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Using Material From Item A And Elsewhere, Assess The Usefulness Of Functionalist Approach In Explaning Crime

1306 words - 6 pages

Using material from Item A and elsewhere, assess the usefulness of functionalist approaches in explaining crime (21 marks)

Deviance is defined as the state of diverging from usual or accepted standards whereas crime is defined as an action or omission which constitutes an offence and is punishable by law. Usually, we would expect that functionalists would regard crime and deviance as wholly negative. However, functionalists such as Durkheim see the “beneficial effects of crime for society” whether there are “limited” or not. Additionally, functionalists see crime as inevitable and universal. Every known society has some level of crime and deviance. Within this essay, I will be exploring ...view middle of the document...

As functionalists are supporters of the nuclear family, they believe some crimes carry beneficial functions for example, prostitution acts as a safety valve for the release of men’s sexual frustration without threatening the monogamous nuclear family.

Functionalists are criticised in many ways. Item A states “small amount of crime is necessary”. However, functionalists offer no way of knowing how much the right amount is. Additionally, functionalists explain the existence of crime in terms of its supposed function – e.g. to strengthen solidarity but this doesn’t mean society actually creates crime in advance with the intention of strengthening solidarity. Thirdly, functionalism looks at what functions crime serves for society as a whole and ignores how it might affect different groups or individuals within society. Lastly, crime doesn’t always promote solidarity – it may have the opposite effect, leading to people becoming more isolated.

Item A states “focus on how far individuals accept the norms and values of society.” The next three sociologists explore the quotation above. Merton’s strain theory suggests that people engage in deviant behaviour when they are unable to achieve socially approved goals. Merton’s ideology combines two elements; structural and cultural factors. And, therefore, for Merton, deviance is the result of a strain between two things; the goals a culture encourages individuals to achieve and what the institutional structure of society allows them to achieve legitimately. Merton uses the well-known “American Dream” for this example, the legitimate means for this dream are; self-discipline, study, educational qualifications and hard work in a career. This, however, is based on a meritocratic society but in reality it is different. Disadvantaged groups are denied the opportunity to achieve legitimately. The strain theory is used to explain some of the patterns of deviance found in society. He argues that an individual’s position in the social structure affects the way they adapt to the strain to anomie. People join subcultures as a result of their position and mindset in society. Merton highlights five. Conformity, individuals accept the goal of money success and strive to achieve them legitimately. Innovation, individuals accept the goal of money success but use illegitimate means. Ritualism, individuals give up on trying to achieve the goals, but have internalised the legitimate means. Retreatism, reject both the goals and the legitimate means and become dropout. Lastly, rebellion, reject the existing society’s goals and means but they replace them with new ones in desire to bring about revolutionary change. However, the theory is criticised on several grounds, one being, it takes official statistics at face value. These over-represent working-class crime, it is also deterministic. Marxists argue, it ignores the power of the ruling class to make and enforce the laws in ways that criminalise the poor.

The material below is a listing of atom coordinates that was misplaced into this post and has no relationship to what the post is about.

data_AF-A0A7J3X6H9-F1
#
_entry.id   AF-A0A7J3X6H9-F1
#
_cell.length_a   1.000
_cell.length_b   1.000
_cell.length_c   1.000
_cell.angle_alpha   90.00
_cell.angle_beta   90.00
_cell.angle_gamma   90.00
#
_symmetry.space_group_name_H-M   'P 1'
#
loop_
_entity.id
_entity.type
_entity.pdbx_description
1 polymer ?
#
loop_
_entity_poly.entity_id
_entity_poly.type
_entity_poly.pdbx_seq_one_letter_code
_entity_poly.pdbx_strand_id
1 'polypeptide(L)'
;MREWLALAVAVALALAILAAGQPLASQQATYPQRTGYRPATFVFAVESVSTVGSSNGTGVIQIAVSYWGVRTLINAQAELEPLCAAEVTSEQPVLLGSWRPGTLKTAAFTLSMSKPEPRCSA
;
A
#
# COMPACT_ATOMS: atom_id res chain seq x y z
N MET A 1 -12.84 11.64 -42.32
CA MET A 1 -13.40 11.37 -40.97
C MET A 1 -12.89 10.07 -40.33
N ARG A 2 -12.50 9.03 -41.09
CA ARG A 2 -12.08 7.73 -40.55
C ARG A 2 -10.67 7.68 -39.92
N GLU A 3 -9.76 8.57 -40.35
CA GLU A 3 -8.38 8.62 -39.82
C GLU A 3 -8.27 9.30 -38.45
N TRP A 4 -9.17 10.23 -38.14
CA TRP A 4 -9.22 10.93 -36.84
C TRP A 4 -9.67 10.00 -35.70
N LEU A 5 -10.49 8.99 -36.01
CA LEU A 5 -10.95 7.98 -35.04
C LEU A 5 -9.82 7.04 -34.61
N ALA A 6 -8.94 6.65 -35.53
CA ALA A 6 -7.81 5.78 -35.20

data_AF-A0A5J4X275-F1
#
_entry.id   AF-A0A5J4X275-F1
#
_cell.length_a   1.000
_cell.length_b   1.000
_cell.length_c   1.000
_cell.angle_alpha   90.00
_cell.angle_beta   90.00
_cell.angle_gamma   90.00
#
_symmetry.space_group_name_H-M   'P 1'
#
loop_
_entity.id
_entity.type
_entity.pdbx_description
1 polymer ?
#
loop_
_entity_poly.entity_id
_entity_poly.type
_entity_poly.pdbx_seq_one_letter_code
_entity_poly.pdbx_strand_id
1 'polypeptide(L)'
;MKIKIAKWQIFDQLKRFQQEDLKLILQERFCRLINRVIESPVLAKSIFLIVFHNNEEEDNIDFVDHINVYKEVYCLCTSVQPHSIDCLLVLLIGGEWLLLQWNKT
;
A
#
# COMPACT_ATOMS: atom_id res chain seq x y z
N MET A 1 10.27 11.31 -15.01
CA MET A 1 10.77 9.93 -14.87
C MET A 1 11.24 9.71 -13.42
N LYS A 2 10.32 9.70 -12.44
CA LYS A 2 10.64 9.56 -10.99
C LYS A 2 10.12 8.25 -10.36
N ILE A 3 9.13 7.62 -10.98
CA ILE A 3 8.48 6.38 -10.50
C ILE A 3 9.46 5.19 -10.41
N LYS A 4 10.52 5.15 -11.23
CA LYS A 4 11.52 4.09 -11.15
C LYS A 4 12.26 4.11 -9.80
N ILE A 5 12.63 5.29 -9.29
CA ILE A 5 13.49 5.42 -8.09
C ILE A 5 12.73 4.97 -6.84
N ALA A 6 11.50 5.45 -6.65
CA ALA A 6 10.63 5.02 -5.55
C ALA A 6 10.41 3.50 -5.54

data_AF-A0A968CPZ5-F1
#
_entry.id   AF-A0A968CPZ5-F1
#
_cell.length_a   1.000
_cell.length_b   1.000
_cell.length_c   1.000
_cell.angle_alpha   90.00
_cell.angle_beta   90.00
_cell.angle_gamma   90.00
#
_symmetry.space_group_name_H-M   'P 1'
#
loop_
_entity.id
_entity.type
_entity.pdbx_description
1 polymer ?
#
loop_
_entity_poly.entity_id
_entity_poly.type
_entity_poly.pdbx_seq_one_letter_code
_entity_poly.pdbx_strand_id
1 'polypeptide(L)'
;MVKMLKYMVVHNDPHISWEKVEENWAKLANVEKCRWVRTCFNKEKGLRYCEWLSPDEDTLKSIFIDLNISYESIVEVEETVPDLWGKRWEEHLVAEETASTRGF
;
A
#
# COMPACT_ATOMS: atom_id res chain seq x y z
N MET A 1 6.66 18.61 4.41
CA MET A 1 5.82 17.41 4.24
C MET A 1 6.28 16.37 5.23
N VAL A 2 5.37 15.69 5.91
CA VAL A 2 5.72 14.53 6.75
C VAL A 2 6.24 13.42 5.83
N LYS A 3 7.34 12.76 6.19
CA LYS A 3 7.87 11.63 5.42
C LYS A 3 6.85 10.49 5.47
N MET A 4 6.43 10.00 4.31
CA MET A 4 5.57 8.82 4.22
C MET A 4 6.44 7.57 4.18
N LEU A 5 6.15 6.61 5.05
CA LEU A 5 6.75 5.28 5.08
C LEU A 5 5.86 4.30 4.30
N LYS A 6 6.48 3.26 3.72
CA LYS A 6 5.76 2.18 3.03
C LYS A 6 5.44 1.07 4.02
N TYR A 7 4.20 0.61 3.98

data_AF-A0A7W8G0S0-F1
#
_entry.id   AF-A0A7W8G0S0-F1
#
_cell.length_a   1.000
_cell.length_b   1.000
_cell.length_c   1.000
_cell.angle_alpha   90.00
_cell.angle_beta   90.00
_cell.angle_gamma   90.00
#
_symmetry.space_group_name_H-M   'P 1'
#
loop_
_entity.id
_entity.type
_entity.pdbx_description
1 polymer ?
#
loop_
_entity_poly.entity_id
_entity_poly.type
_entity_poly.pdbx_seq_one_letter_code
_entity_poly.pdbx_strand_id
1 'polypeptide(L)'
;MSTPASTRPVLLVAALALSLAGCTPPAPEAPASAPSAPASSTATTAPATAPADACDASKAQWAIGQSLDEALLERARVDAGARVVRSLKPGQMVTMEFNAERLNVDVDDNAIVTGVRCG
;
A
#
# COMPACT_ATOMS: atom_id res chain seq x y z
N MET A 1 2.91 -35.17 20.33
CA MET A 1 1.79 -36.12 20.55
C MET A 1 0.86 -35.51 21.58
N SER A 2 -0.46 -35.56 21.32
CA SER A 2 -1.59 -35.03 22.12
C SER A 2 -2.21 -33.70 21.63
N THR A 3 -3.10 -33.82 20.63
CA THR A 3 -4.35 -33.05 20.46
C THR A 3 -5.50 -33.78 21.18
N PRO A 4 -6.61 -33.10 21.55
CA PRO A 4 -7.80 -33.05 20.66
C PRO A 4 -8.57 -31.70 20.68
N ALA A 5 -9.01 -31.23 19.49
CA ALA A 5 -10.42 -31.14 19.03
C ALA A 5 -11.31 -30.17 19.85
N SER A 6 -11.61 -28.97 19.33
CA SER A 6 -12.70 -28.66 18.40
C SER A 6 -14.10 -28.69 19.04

Cohen agrees with...

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